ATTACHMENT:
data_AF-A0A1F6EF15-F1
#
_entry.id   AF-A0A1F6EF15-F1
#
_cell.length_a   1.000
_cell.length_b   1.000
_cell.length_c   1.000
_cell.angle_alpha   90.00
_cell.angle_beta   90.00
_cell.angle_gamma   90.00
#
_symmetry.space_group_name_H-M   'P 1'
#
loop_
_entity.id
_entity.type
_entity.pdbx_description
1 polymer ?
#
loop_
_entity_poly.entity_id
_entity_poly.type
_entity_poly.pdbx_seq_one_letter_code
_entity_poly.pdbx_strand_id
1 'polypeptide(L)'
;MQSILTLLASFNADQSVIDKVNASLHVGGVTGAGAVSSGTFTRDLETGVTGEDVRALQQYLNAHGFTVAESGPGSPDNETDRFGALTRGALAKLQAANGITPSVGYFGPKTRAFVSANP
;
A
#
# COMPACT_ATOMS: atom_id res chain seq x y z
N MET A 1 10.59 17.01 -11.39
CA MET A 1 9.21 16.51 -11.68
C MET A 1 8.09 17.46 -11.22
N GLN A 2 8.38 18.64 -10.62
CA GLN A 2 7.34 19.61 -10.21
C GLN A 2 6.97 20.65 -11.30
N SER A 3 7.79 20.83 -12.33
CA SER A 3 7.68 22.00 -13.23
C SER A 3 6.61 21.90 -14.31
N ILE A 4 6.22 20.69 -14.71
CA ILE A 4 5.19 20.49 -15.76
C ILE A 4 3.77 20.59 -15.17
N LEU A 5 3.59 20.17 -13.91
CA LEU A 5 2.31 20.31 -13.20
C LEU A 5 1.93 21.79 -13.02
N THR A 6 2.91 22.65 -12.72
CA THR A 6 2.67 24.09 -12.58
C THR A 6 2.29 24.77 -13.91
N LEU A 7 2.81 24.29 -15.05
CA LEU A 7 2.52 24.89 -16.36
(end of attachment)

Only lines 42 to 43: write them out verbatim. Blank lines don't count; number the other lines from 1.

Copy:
C ILE A 4 3.77 20.59 -15.17
N LEU A 5 3.59 20.17 -13.91